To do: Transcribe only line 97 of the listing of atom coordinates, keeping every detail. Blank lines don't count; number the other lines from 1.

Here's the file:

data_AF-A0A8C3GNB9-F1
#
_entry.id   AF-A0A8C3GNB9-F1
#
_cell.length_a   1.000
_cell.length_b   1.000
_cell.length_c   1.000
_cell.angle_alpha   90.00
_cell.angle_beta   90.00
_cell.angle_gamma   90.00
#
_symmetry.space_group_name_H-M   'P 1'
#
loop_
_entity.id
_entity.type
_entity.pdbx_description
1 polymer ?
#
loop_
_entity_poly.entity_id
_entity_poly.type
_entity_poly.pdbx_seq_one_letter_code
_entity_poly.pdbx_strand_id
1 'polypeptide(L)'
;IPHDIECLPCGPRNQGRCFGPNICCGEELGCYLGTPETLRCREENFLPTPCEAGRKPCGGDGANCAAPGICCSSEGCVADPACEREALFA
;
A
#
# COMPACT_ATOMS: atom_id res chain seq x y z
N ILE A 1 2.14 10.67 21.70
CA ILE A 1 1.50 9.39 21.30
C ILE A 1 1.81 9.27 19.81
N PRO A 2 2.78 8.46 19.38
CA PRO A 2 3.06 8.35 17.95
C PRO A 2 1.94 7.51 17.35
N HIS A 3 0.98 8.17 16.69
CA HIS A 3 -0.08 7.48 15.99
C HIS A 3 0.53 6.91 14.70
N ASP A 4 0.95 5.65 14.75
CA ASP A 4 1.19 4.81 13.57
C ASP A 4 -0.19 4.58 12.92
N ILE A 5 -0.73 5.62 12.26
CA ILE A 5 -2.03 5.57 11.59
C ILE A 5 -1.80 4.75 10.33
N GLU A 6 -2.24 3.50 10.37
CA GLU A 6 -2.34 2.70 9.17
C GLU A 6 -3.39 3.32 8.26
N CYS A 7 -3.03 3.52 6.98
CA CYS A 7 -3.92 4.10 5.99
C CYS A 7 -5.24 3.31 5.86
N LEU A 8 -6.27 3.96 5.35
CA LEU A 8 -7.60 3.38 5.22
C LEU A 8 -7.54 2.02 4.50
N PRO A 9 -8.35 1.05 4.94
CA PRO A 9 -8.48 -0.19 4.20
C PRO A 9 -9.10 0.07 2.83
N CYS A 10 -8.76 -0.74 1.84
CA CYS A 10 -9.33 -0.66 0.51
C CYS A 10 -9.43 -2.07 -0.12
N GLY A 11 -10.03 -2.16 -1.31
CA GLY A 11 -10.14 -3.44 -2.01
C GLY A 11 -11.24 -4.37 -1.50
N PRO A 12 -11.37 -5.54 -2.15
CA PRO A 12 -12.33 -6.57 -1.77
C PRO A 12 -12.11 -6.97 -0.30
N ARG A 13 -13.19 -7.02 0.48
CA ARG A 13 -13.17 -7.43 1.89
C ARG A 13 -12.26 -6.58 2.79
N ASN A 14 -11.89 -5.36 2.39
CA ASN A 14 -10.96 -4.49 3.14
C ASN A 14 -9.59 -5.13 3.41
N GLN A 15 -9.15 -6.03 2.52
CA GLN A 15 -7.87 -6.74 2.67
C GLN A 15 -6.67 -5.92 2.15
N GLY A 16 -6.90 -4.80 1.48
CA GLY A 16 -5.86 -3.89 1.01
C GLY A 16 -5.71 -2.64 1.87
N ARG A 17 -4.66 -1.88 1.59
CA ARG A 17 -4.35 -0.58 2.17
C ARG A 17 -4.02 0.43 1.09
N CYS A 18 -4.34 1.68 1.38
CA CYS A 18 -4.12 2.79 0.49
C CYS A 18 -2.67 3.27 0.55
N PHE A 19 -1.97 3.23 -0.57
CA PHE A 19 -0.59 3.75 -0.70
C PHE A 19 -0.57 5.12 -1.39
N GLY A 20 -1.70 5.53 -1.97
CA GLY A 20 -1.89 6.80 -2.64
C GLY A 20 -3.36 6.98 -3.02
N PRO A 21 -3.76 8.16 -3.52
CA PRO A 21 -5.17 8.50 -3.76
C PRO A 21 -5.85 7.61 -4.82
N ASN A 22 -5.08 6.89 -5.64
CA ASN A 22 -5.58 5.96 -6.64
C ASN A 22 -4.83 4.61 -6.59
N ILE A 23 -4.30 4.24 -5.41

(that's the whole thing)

N ILE A 23 -4.30 4.24 -5.41